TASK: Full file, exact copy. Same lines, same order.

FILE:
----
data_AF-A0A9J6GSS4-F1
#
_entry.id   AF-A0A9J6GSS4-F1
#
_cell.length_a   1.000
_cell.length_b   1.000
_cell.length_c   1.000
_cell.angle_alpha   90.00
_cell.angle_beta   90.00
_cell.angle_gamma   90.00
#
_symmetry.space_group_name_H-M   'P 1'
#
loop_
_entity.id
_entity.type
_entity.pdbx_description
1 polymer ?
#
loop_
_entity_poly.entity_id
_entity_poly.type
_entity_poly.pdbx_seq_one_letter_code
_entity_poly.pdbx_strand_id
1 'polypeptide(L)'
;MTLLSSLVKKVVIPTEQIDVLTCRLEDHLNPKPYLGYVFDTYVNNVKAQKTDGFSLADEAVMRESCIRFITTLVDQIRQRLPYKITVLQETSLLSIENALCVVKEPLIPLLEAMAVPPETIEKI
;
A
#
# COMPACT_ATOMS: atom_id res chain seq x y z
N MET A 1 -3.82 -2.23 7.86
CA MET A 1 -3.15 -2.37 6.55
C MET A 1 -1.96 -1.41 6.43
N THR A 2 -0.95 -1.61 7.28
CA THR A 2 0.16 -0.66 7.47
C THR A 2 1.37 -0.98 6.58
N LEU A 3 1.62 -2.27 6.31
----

data_AF-A0A9J6GSS4-F1
#
_entry.id   AF-A0A9J6GSS4-F1
#
_cell.length_a   1.000
_cell.length_b   1.000
_cell.length_c   1.000
_cell.angle_alpha   90.00
_cell.angle_beta   90.00
_cell.angle_gamma   90.00
#
_symmetry.space_group_name_H-M   'P 1'
#
loop_
_entity.id
_entity.type
_entity.pdbx_description
1 polymer ?
#
loop_
_entity_poly.entity_id
_entity_poly.type
_entity_poly.pdbx_seq_one_letter_code
_entity_poly.pdbx_strand_id
1 'polypeptide(L)'
;MTLLSSLVKKVVIPTEQIDVLTCRLEDHLNPKPYLGYVFDTYVNNVKAQKTDGFSLADEAVMRESCIRFITTLVDQIRQRLPYKITVLQETSLLSIENALCVVKEPLIPLLEAMAVPPETIEKI
;
A
#
# COMPACT_ATOMS: atom_id res chain seq x y z
N MET A 1 -3.82 -2.23 7.86
CA MET A 1 -3.15 -2.37 6.55
C MET A 1 -1.96 -1.41 6.43
N THR A 2 -0.95 -1.61 7.28
CA THR A 2 0.16 -0.66 7.47
C THR A 2 1.37 -0.98 6.58
N LEU A 3 1.62 -2.27 6.31